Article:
Archive for August, 2014

August 26, 2014

#83) Spacing Out

I have a confession to make and it’s even worse than not having done the ice bucket challenge this summer. I found out that one of my habits is, according to blogger Farhad Manjoo, “totally, completely, utterly, and inarguably wrong.” For as long as I can remember, I’ve put two spaces after each period. (You may notice that the spacing in this blog post is inconsistent. I’ve aimed to single-space after as many periods as possible but when I revert to habit and double-space, I’ll leave it in to prove how hard the habit is to break.)

Don’t laugh. In some circles, the one-or-two-space debate is as strong as Yankees/Red Sox, Israel/Palestine or Sammy Hagar/David Lee Roth.  Until recently, it never occurred to me that double spacing after a period might seriously be upsetting some people, such as teacher/blogger Jennifer Gonzalez.  (Damn it, there I go again!)

According to Gonzalez, the double-space rule goes back to the days of monospace typesetting. With computer fonts being as varied as they now are the double-space rule is obsolete and to hear Gonzalez tell it, visually offensive.  (Sorry, Jennifer, I just let another one slip.)

Why does any of this matter? My take-away is that sometimes we do things subconsciously that might not seem at all like a big deal to us but are incredibly annoying to others.  Therefore, 1) it’s good to try to be aware of how your actions come across and that something that seems inconsequential to you might be a big deal to someone else and 2) something that annoys the balls out of you, such as a driver on the freeway whose blinker is on but isn’t moving to the next lane because they hit it by accident, might simply be someone else’s honest oversight.  (Crap!)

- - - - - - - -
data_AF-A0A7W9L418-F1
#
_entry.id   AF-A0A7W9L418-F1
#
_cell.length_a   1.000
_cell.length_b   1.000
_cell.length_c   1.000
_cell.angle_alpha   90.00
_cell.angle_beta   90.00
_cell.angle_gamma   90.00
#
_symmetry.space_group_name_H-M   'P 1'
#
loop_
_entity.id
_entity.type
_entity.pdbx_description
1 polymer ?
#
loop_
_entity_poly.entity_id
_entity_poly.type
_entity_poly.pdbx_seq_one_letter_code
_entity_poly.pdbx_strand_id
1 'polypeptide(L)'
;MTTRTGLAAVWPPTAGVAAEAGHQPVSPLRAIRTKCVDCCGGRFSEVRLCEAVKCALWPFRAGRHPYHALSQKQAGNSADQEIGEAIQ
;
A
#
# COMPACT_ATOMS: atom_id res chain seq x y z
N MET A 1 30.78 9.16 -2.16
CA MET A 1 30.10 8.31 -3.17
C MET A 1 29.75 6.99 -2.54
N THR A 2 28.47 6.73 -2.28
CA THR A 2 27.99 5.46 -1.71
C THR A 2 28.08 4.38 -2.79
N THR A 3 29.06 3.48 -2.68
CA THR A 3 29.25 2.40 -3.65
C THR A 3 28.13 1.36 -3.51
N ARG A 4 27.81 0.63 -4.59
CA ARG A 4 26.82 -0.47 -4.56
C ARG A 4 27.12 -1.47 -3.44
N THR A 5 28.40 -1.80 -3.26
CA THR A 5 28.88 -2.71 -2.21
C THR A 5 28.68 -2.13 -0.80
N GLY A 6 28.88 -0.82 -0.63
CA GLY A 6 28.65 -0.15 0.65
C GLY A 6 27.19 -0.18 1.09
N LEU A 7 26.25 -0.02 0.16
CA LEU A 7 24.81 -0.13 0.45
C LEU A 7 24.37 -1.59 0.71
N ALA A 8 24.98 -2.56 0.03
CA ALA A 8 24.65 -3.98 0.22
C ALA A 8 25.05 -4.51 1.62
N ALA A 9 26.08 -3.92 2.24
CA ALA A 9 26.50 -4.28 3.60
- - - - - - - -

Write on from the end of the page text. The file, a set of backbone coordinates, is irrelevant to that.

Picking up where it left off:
Would the world be a better place if people used only one space after sentences? Perhaps; it’s an easy enough sacrifice to make. In keeping with the maxim that “how you do anything is how you do everything”, it just might come to pass that if enough people pay attention to this small detail, other blessings–correct use of “your vs. you’re”; fewer uses of numbers or individual letters as shorthand for whole words; no apostrophes in plural words; fewer comparisons to Rosa Parks or Hitler–might follow. While I can’t promise Gonzalez, Manjoo and their colleagues that I can correct decades of conditioning overnight, I can pledge to do my small part.